Good and bad leaks

24 May

white-house-leaks-sizedSpying on reporters.
Monitoring their phone calls.
Tracking their movements.

To hear the White House tell it, this was absolutely necessary in defense of national security.

A leak, they say, must be stopped at all costs.

Okay – then we have to wonder where’s the investigation of the leaks surrounding, let’s say, the killing of Osama bin Laden?

There’s no question that was a good thing and the right call was made.

But then the administration permitted the release of enough classified information about the raid to make a movie.

And they didn’t seem the least bit concerned.

There’s something of a double standard here.

In other situations — when the Obama administration didn’t stand to gain as much good press — they went to great lengths to find the source of a leak.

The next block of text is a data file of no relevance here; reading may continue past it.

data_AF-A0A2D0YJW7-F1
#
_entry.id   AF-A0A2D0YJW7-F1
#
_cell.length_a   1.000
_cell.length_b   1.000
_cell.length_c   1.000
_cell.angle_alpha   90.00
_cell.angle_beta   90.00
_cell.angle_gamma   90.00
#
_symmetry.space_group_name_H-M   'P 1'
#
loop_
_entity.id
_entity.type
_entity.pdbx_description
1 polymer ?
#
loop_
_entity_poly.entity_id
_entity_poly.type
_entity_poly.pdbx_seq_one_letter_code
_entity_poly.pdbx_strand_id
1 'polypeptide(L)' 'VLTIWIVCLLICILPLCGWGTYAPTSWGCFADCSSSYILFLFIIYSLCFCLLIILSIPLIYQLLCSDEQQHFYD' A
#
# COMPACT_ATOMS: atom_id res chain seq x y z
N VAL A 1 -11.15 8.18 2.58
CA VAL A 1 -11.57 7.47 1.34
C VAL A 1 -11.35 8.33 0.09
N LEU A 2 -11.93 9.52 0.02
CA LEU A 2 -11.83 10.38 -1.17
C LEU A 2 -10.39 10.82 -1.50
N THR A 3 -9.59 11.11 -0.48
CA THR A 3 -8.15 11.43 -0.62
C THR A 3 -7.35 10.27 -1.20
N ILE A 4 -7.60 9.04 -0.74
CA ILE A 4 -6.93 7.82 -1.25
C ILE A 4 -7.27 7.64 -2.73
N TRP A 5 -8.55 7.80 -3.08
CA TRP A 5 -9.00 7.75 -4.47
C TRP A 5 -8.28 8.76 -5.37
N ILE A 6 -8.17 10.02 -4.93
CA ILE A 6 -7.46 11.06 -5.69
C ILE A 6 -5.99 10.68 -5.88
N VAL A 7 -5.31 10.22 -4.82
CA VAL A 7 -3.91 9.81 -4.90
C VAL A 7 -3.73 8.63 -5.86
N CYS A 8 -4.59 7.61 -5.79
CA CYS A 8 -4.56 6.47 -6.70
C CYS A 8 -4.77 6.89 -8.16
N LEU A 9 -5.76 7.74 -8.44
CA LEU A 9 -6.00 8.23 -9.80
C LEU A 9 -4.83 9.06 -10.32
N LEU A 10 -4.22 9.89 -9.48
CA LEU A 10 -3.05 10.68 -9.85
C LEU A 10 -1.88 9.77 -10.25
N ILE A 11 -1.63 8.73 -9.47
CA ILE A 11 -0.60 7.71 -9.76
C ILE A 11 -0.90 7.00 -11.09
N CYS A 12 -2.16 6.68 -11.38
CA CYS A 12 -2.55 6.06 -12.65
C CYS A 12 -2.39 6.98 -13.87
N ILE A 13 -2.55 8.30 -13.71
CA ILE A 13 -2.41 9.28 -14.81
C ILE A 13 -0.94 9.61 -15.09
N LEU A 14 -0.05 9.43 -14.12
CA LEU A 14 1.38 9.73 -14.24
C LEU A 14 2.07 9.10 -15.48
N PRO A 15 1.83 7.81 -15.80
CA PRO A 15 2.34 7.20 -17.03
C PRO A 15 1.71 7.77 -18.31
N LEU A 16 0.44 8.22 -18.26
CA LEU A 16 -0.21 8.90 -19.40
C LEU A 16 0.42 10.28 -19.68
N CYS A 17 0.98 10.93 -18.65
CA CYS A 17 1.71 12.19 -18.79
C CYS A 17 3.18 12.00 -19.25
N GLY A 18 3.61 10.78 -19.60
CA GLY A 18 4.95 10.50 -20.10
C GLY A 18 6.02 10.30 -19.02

So, this thought nags at our mind –

Is it possible that the administration isn’t against leaking information — just the information they don’t find positive?

When leaking information fits conveniently into the version of events they want to tell, are they happy to help open the floodgates?

We’ve seen this a lot – when information leaks out that benefits the White House, the administration seems to shrug and say, “oh well.”

At other times, they launch a full-on anti-leak crusade.

Releasing classified information is, of course, a serious matter.

But if preventing leaks is the administration’s chief priority, why do they operate with two different sets of rules?

Why do they act differently when leaks are convenient for them or push a desired outcome or shine their public image?

We may be reading this wrong, but sometimes that’s how it looks to us.

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